Respect and appreciation of coaches are of great importance for strengthening the positive image of a sports organization in public. A positive image of coaches in the public almost always gets transfixed to the team that leads (Rosner and Shropshire 2004). In the professional clubs, the public relation departments advise coaches how to behave in the ­public. They teach them how to become positive, safe, and capable ­personalities. Additionally, in order to create a positive image, media exposure can be increased, for example, through targeted interviews aimed at highlighting their characteristics and demonstrating the competence of the coach (Ross et al. 2006).

Coaches can also be encouraged to participate in community-related events or to start writing their own columns/blogs to maintain their public visibility and to continue to act as a reminder of their team’s names (Mullin and assoc. 1999).

Brand Increases Competitiveness

Brands are more than just names and symbols. Brands represent ­
consumers’ perceptions and feelings about product and its performance—everything that the product or service means to consumers. As one branding expert suggests, “Ultimately, brands reside in the minds of consumers” (Kotler+3 2008).

Brand is a tool that increases the competitiveness of sports organizations, athletes, and coaches in the market. Branding serves a dual function. In addition to identifying the source of the customer’s product and guaranteeing quality, it also protects the producer from mixing with a competitor selling apparently identical goods (Aaker 1991).

Sports coaches today need an effective brand strategy in order to establish a positive relationship with the environment and across the public and to gain a greater degree of loyalty of the team. Brand in coaching profession can be the decisive difference between the coaches of the same quality level. Given the high competitive nature of sport, branding can play an important role in influencing fans’ preferences and club-based perceptions and distinctions from competing clubs and other leisure-time activities (Bauer, Stokburger-Sauer, and Exler 2008).

The strength of a coach who is a brand simplifies the decision-making process, reduces risk, and reflects quality and high expectations. ­Basketball coach Gregg Charles Popovich is today recognized as a coaching brand in North America, meaning that his coaching value in the sports market is much higher than that of a school team coach. The difference between a “branded” coach and an “ordinary” coach is that brands are not created on the pitch, but in the perception of people.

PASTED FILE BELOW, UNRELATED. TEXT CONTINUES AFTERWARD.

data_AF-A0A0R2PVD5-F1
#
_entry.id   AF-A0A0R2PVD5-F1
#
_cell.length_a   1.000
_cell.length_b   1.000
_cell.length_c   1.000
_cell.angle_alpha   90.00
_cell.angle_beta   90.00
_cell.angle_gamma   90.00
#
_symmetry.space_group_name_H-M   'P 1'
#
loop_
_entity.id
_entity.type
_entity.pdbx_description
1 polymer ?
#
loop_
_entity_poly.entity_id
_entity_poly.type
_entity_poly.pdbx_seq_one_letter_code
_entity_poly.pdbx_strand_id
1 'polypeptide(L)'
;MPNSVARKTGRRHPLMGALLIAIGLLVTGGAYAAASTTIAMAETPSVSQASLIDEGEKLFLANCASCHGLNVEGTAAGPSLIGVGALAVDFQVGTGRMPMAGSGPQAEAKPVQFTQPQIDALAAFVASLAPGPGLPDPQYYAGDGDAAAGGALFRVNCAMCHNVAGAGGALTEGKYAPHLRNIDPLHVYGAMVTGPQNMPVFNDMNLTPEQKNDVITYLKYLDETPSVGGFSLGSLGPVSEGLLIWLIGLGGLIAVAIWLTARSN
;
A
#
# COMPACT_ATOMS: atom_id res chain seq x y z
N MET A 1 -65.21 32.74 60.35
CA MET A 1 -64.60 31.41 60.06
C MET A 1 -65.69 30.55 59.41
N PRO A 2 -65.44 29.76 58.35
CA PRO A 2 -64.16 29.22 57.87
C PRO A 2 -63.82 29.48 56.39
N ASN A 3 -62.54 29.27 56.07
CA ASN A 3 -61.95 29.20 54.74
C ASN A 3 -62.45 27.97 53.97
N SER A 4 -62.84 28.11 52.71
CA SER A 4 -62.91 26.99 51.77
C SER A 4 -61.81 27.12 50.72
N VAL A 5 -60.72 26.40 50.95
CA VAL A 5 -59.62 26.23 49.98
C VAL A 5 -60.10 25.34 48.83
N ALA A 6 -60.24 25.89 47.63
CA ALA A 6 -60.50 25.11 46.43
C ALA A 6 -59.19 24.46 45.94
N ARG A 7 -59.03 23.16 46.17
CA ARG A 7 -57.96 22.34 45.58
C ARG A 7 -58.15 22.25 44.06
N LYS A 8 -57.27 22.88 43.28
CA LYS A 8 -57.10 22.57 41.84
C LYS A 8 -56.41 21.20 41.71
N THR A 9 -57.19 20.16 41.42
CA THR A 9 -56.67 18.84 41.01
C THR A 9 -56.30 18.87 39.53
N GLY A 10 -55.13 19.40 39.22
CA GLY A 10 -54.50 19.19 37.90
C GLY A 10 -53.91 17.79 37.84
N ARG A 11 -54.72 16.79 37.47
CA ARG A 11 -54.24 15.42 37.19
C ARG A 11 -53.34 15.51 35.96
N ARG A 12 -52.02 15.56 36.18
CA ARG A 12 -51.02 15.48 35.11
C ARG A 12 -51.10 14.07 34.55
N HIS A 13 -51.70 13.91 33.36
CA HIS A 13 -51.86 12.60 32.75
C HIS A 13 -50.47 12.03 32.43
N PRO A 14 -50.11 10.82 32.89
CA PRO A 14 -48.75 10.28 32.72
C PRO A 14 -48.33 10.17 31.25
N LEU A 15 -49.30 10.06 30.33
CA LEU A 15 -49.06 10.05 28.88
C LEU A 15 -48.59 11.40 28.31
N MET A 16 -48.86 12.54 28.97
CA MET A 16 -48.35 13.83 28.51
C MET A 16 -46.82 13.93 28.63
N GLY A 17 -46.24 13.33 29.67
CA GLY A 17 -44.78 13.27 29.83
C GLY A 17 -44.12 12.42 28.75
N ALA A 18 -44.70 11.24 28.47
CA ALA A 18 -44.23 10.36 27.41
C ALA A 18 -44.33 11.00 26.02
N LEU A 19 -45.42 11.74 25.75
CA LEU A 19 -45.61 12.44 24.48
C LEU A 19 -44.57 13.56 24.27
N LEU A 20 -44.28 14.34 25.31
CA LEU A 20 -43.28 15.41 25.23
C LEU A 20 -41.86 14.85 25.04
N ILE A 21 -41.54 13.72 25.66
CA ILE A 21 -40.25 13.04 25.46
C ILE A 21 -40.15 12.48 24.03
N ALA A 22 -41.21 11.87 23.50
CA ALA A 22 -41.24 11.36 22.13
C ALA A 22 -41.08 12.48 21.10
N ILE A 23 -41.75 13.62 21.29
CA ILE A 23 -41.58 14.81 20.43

The most famous brand in the world is Apple (Forbes 2017). The company name represents a certain image and identity, as well as the product itself. What would Apple mean without a name? Just one of the many manufacturers of electronic products, and the cult iPhone just one of a number of mobile devices on the store shelves. The world is full of top coaches today, but clubs mostly engage those who have developed their own identity and image, that is, those who have become a brand. There are no sports fans who have not heard of Bill Belichick, Glenn “Doc” ­Rivers, Gregg Popovich, Lovie Smith, Jose Mourinho, and Pep Guardiola, as all of them are recognizable brands on the world stage of sports.

Thanks to television, the growing commercial strength of coaches has contributed to the increase of public and club interest for individual coaches as marketing subjects. Top coaches are no longer just coaches, they are also celebrities, sports icons; in a single word, they are brands. Coach brand as a public person strongly influences people’s behavior and hence they are engaged by large companies to promote and validate their products. Coaches and their agents came to the position that, because of reaching the “star” status, they are able to negotiate with sponsors about contracts to promote various products (from sports equipment to juices and cars) in order to increase demand for these products. In the sports world there are plenty of examples of top sports coaches who earn far more from sponsorship than what they earn on the soccer field.

In the sports world, there is even the example of Jose Mourinho, the big soccer star, former Manchester United coach (EPL), whose name and signature was protected as a European trademark in 2005 by Chelsea FC. The purpose was to stop various businesses trading with his name, and using his public image without his permission (www.techdirt.com 2016).

Is Quality Essential in Determining
Value of a Coach?